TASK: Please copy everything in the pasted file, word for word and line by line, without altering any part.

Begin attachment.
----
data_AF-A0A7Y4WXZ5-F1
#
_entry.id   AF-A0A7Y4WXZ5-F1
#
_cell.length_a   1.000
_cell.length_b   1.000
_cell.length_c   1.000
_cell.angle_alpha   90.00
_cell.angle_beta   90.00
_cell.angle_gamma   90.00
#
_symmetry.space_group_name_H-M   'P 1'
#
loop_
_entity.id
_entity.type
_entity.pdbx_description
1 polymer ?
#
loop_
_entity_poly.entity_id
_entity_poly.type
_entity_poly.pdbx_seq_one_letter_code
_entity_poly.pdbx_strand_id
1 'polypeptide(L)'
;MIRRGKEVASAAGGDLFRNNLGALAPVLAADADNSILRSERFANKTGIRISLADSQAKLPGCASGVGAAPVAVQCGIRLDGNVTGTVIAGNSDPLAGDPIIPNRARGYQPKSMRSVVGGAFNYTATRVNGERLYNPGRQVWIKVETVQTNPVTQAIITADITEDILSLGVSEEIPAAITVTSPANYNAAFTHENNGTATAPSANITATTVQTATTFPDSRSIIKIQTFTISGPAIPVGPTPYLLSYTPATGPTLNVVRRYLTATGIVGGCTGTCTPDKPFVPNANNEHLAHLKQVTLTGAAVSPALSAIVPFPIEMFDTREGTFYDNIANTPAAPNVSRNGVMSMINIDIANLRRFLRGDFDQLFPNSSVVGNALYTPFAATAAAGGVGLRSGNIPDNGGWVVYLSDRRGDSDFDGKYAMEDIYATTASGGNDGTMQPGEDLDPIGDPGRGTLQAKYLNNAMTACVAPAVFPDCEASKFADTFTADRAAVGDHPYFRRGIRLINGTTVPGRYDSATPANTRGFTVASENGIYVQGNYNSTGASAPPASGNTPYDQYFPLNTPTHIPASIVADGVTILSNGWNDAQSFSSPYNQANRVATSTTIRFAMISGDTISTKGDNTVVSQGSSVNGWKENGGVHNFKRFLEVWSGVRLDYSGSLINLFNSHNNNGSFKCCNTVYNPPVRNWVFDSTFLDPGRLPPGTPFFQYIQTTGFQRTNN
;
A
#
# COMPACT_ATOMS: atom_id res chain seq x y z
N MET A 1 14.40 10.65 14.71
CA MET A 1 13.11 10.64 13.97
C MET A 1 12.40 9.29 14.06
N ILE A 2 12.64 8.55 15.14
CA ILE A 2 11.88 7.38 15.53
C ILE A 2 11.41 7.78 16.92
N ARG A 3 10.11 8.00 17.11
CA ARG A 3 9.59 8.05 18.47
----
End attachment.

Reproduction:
data_AF-A0A7Y4WXZ5-F1
#
_entry.id   AF-A0A7Y4WXZ5-F1
#
_cell.length_a   1.000
_cell.length_b   1.000
_cell.length_c   1.000
_cell.angle_alpha   90.00
_cell.angle_beta   90.00
_cell.angle_gamma   90.00
#
_symmetry.space_group_name_H-M   'P 1'
#
loop_
_entity.id
_entity.type
_entity.pdbx_description
1 polymer ?
#
loop_
_entity_poly.entity_id
_entity_poly.type
_entity_poly.pdbx_seq_one_letter_code
_entity_poly.pdbx_strand_id
1 'polypeptide(L)'
;MIRRGKEVASAAGGDLFRNNLGALAPVLAADADNSILRSERFANKTGIRISLADSQAKLPGCASGVGAAPVAVQCGIRLDGNVTGTVIAGNSDPLAGDPIIPNRARGYQPKSMRSVVGGAFNYTATRVNGERLYNPGRQVWIKVETVQTNPVTQAIITADITEDILSLGVSEEIPAAITVTSPANYNAAFTHENNGTATAPSANITATTVQTATTFPDSRSIIKIQTFTISGPAIPVGPTPYLLSYTPATGPTLNVVRRYLTATGIVGGCTGTCTPDKPFVPNANNEHLAHLKQVTLTGAAVSPALSAIVPFPIEMFDTREGTFYDNIANTPAAPNVSRNGVMSMINIDIANLRRFLRGDFDQLFPNSSVVGNALYTPFAATAAAGGVGLRSGNIPDNGGWVVYLSDRRGDSDFDGKYAMEDIYATTASGGNDGTMQPGEDLDPIGDPGRGTLQAKYLNNAMTACVAPAVFPDCEASKFADTFTADRAAVGDHPYFRRGIRLINGTTVPGRYDSATPANTRGFTVASENGIYVQGNYNSTGASAPPASGNTPYDQYFPLNTPTHIPASIVADGVTILSNGWNDAQSFSSPYNQANRVATSTTIRFAMISGDTISTKGDNTVVSQGSSVNGWKENGGVHNFKRFLEVWSGVRLDYSGSLINLFNSHNNNGSFKCCNTVYNPPVRNWVFDSTFLDPGRLPPGTPFFQYIQTTGFQRTNN
;
A
#
# COMPACT_ATOMS: atom_id res chain seq x y z
N MET A 1 14.40 10.65 14.71
CA MET A 1 13.11 10.64 13.97
C MET A 1 12.40 9.29 14.06
N ILE A 2 12.64 8.55 15.14
CA ILE A 2 11.88 7.38 15.53
C ILE A 2 11.41 7.78 16.92
N ARG A 3 10.11 8.00 17.11
CA ARG A 3 9.59 8.05 18.47